Today is the first real “spring break” day seeing as we would’ve had Saturday and Sunday off anyways and I already want to get back to school. I want to get bacak to the lolling heads in science class with my hand only volunteerin to answer any question and the too-early lunch at 10:30 where I scream my head off and cause kids from other tables to turn around and gawk at me. I want to go back to the hilarity of History class and the novelty of being in a class where I can help people who need it. I want to return to the loveliness of taking notes on Algebra and cracking nerdy math in-jokes and most of all I want English class because the English language makes me happy, especially because it’s right after Algebra and when I bomb a test English is there to cheer me up and make me believe in the world again.

I’m a nerd, and  I like school. I like summer well enough, but I’m not looking forward to it all that much. Yes, I’m looking forward to the early bird Web browsing and the cool air-conditioned library and being able to read whenever I want and the cherry Popsicles, but school creates a sort of social dynamic that’s hard to get anywhere else. School graspss a wider scope of people then you see going places you like to go. For example, at a basketball game you’re not going to find many posh snoots and you wouldn’t find any illiterates roaming around a bookstore.At school you’ve got all sorts of people within your grasp to look at and learn about and unearth their true beings and motives and their worries, what they think about before bed.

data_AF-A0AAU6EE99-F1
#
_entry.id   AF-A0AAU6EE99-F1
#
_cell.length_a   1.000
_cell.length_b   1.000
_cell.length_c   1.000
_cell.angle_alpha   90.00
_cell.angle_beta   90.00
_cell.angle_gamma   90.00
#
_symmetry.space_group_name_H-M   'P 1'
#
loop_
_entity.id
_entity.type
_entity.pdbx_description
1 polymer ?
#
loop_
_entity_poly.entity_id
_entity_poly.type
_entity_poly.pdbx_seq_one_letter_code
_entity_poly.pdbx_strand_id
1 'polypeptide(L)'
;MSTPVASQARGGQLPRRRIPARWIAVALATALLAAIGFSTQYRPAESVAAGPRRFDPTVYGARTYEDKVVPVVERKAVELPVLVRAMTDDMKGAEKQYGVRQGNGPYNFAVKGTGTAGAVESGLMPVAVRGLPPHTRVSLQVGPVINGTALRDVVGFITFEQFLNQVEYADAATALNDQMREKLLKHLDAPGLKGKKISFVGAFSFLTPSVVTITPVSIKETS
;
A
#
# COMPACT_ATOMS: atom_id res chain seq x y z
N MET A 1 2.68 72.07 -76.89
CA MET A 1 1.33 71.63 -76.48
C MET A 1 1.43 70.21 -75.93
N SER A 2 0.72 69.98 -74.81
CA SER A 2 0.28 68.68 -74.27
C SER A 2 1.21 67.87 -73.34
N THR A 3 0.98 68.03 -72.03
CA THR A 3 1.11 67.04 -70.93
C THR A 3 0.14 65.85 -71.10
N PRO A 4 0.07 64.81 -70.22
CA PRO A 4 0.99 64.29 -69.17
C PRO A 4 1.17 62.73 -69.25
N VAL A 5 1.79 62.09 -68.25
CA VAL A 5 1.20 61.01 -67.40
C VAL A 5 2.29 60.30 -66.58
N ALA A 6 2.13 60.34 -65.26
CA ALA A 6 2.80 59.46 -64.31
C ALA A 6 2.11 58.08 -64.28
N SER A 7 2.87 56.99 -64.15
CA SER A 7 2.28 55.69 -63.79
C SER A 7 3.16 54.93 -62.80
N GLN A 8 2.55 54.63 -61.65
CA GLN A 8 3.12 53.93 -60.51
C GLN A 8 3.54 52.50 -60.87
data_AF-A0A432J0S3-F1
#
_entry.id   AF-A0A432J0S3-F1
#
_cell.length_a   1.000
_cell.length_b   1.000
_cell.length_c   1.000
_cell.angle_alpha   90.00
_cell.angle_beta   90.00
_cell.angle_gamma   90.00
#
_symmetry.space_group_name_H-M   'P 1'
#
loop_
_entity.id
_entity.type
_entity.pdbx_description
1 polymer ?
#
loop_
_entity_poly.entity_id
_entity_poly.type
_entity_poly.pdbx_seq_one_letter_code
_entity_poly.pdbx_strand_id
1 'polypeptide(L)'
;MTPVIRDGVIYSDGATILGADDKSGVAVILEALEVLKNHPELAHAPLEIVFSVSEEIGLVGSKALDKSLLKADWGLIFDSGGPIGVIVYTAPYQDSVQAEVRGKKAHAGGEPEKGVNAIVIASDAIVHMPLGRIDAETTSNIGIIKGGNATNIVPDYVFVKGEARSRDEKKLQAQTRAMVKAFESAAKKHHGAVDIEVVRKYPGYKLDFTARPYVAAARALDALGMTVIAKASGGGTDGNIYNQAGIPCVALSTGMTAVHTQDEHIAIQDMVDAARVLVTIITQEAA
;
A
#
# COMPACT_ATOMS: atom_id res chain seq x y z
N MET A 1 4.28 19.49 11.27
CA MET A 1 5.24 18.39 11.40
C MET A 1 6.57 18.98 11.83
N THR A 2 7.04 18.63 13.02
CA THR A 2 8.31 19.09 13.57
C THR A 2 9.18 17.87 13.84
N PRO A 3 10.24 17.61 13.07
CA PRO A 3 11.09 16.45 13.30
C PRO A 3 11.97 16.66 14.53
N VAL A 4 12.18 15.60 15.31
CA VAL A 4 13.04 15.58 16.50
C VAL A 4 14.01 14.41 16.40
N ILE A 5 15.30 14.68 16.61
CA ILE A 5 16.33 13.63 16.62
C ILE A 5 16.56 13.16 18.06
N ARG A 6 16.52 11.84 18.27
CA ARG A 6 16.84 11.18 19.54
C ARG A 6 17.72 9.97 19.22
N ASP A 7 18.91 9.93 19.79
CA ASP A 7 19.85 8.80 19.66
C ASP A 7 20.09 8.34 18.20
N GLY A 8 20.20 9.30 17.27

More than that, though, I like a good challenge and being told I have to do something so I don’t back out of it. Summer doesn’t really offer that much, unless you go to a summer camp or something, though I’ve never been to one. Summer has green grass and juicy hot dogs and short-sleeves shirts and bare feet. Bare feet rule my world.

Still, though, I’ll be biting back tears at eighth grade graduation right before we go on out trip to Washington, D. C. I’ll look forward to those last three days as who we are now with the teachers who are ours now. I know when we get to ninth grade it’s going to be different. Everyone’s going to be entirely different from now, tanner and taller and skinnier. Well, I won’t be tanner. I’ll just be burned. But everyone else, they’ll be tanned and wearing new back-to-school outifts dressed to impress. And we’ll be different. I kind of like who we are now.

Yeah, change is inevitable and I’ll be different come fall, too, but I like my classes and my locker and my friends right now. I’m not keen on braving te high school with the upperclassmen towering over someone who’s been the tallest in the school even when I was in sixth grade. But I will, because that is how life goes.

Books read: 31…I think.

Mood: Annoyed at my cold but bare feet.

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2 Responses so far »

  1. 1

    thezombiekit said,

    If you’re worried about having a lack of structure and challenge when you’re not in the school sphere any more, why not just create your own? Sure, it’s not quite as “do this or die” as school can be, but if you do set yourself tasks and don’t follow through, failing yourself can be just as tough as failing a test.

    And as much as growing up sucks, it happens – and the chances are you’ll feel exactly the same after summer as you do now. Or at least really similar 🙂

  2. 2

    brenuh said,

    First of all: YOU’RE IN EIGHTH GRADE? I would have assumed much older. You are intensely mature and intelligent and a fantastic writer! Not that eighth graders aren’t so, but you know what I mean.
    Second of all: High school is, in my opinion, infinitely better than middle school. It is growth and developing passion and falling ever more into yourself. I didn’t like middle school, so perhaps that’s the reason I so prefer high school. But I really do think it’s better–and I think you will love love love it! The English classes are off da chain (at least mine are).


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